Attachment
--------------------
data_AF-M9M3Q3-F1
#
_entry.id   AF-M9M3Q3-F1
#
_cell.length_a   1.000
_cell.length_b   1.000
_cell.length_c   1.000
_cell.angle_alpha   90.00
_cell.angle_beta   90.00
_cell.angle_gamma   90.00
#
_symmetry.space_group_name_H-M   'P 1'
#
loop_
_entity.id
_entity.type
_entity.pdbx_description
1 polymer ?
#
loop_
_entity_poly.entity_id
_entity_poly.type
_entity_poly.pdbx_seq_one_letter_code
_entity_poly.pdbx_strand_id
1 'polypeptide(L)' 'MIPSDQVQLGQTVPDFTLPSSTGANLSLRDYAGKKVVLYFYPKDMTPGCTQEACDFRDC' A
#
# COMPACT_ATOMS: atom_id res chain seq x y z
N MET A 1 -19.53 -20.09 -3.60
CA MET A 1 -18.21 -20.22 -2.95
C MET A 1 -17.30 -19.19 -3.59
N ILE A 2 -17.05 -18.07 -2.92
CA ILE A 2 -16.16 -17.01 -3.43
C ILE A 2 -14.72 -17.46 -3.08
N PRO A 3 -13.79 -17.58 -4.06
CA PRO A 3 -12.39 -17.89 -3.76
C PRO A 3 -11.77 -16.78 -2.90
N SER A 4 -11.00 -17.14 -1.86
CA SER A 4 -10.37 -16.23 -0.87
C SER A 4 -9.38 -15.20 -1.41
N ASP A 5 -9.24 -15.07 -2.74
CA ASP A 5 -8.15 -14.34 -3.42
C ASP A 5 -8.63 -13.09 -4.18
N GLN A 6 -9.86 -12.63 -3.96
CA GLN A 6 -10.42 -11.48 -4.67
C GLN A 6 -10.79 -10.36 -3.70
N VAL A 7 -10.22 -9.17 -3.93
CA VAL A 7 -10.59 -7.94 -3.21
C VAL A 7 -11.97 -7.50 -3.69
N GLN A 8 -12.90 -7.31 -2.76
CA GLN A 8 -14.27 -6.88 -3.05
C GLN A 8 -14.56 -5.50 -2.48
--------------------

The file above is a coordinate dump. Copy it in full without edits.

data_AF-M9M3Q3-F1
#
_entry.id   AF-M9M3Q3-F1
#
_cell.length_a   1.000
_cell.length_b   1.000
_cell.length_c   1.000
_cell.angle_alpha   90.00
_cell.angle_beta   90.00
_cell.angle_gamma   90.00
#
_symmetry.space_group_name_H-M   'P 1'
#
loop_
_entity.id
_entity.type
_entity.pdbx_description
1 polymer ?
#
loop_
_entity_poly.entity_id
_entity_poly.type
_entity_poly.pdbx_seq_one_letter_code
_entity_poly.pdbx_strand_id
1 'polypeptide(L)' 'MIPSDQVQLGQTVPDFTLPSSTGANLSLRDYAGKKVVLYFYPKDMTPGCTQEACDFRDC' A
#
# COMPACT_ATOMS: atom_id res chain seq x y z
N MET A 1 -19.53 -20.09 -3.60
CA MET A 1 -18.21 -20.22 -2.95
C MET A 1 -17.30 -19.19 -3.59
N ILE A 2 -17.05 -18.07 -2.92
CA ILE A 2 -16.16 -17.01 -3.43
C ILE A 2 -14.72 -17.46 -3.08
N PRO A 3 -13.79 -17.58 -4.06
CA PRO A 3 -12.39 -17.89 -3.76
C PRO A 3 -11.77 -16.78 -2.90
N SER A 4 -11.00 -17.14 -1.86
CA SER A 4 -10.37 -16.23 -0.87
C SER A 4 -9.38 -15.20 -1.41
N ASP A 5 -9.24 -15.07 -2.74
CA ASP A 5 -8.15 -14.34 -3.42
C ASP A 5 -8.63 -13.09 -4.18
N GLN A 6 -9.86 -12.63 -3.96
CA GLN A 6 -10.42 -11.48 -4.67
C GLN A 6 -10.79 -10.36 -3.70
N VAL A 7 -10.22 -9.17 -3.93
CA VAL A 7 -10.59 -7.94 -3.21
C VAL A 7 -11.97 -7.50 -3.69
N GLN A 8 -12.90 -7.31 -2.76
CA GLN A 8 -14.27 -6.88 -3.05
C GLN A 8 -14.56 -5.50 -2.48